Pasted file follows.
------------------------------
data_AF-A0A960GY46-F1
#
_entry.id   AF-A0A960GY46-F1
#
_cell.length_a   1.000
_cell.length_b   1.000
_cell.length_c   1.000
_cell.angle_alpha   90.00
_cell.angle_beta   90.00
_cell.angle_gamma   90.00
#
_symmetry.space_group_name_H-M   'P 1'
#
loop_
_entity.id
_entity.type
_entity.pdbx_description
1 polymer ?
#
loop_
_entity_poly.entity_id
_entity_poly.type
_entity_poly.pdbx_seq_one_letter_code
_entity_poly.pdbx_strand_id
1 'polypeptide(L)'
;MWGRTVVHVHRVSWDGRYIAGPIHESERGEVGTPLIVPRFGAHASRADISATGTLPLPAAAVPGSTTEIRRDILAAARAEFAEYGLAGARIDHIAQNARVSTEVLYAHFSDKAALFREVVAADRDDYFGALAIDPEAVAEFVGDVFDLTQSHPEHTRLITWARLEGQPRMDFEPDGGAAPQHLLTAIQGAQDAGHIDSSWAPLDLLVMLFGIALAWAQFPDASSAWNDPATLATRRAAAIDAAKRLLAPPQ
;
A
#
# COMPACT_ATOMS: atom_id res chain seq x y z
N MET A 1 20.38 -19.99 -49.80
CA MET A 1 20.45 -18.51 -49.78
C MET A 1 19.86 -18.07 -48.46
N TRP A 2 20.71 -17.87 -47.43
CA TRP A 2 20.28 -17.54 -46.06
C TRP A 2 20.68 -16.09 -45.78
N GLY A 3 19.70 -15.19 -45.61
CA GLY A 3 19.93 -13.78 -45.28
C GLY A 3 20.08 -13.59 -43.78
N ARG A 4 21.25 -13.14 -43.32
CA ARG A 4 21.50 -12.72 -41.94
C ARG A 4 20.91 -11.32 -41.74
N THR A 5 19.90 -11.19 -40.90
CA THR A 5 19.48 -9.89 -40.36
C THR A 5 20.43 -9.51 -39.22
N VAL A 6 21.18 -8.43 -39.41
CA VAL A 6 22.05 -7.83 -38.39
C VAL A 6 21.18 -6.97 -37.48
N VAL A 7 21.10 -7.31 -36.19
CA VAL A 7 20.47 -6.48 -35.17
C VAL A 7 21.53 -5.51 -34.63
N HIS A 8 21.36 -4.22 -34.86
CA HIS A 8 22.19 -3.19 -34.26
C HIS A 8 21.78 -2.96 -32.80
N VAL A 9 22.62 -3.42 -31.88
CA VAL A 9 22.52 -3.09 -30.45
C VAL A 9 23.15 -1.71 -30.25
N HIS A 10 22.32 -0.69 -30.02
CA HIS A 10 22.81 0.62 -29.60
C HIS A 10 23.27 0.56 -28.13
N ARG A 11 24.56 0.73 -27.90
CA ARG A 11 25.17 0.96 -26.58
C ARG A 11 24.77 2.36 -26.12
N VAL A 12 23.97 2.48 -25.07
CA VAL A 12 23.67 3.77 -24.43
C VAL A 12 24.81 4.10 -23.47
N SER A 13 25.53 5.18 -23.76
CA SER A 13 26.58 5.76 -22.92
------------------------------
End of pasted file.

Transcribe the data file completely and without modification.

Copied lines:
data_AF-A0A960GY46-F1
#
_entry.id   AF-A0A960GY46-F1
#
_cell.length_a   1.000
_cell.length_b   1.000
_cell.length_c   1.000
_cell.angle_alpha   90.00
_cell.angle_beta   90.00
_cell.angle_gamma   90.00
#
_symmetry.space_group_name_H-M   'P 1'
#
loop_
_entity.id
_entity.type
_entity.pdbx_description
1 polymer ?
#
loop_
_entity_poly.entity_id
_entity_poly.type
_entity_poly.pdbx_seq_one_letter_code
_entity_poly.pdbx_strand_id
1 'polypeptide(L)'
;MWGRTVVHVHRVSWDGRYIAGPIHESERGEVGTPLIVPRFGAHASRADISATGTLPLPAAAVPGSTTEIRRDILAAARAEFAEYGLAGARIDHIAQNARVSTEVLYAHFSDKAALFREVVAADRDDYFGALAIDPEAVAEFVGDVFDLTQSHPEHTRLITWARLEGQPRMDFEPDGGAAPQHLLTAIQGAQDAGHIDSSWAPLDLLVMLFGIALAWAQFPDASSAWNDPATLATRRAAAIDAAKRLLAPPQ
;
A
#
# COMPACT_ATOMS: atom_id res chain seq x y z
N MET A 1 20.38 -19.99 -49.80
CA MET A 1 20.45 -18.51 -49.78
C MET A 1 19.86 -18.07 -48.46
N TRP A 2 20.71 -17.87 -47.43
CA TRP A 2 20.28 -17.54 -46.06
C TRP A 2 20.68 -16.09 -45.78
N GLY A 3 19.70 -15.19 -45.61
CA GLY A 3 19.93 -13.78 -45.28
C GLY A 3 20.08 -13.59 -43.78
N ARG A 4 21.25 -13.14 -43.32
CA ARG A 4 21.50 -12.72 -41.94
C ARG A 4 20.91 -11.32 -41.74
N THR A 5 19.90 -11.19 -40.90
CA THR A 5 19.48 -9.89 -40.36
C THR A 5 20.43 -9.51 -39.22
N VAL A 6 21.18 -8.43 -39.41
CA VAL A 6 22.05 -7.83 -38.39
C VAL A 6 21.18 -6.97 -37.48
N VAL A 7 21.10 -7.31 -36.19
CA VAL A 7 20.47 -6.48 -35.17
C VAL A 7 21.53 -5.51 -34.63
N HIS A 8 21.36 -4.22 -34.86
CA HIS A 8 22.19 -3.19 -34.26
C HIS A 8 21.78 -2.96 -32.80
N VAL A 9 22.62 -3.42 -31.88
CA VAL A 9 22.52 -3.09 -30.45
C VAL A 9 23.15 -1.71 -30.25
N HIS A 10 22.32 -0.69 -30.02
CA HIS A 10 22.81 0.62 -29.60
C HIS A 10 23.27 0.56 -28.13
N ARG A 11 24.56 0.73 -27.90
CA ARG A 11 25.17 0.96 -26.58
C ARG A 11 24.77 2.36 -26.12
N VAL A 12 23.97 2.48 -25.07
CA VAL A 12 23.67 3.77 -24.43
C VAL A 12 24.81 4.10 -23.47
N SER A 13 25.53 5.18 -23.76
CA SER A 13 26.58 5.76 -22.92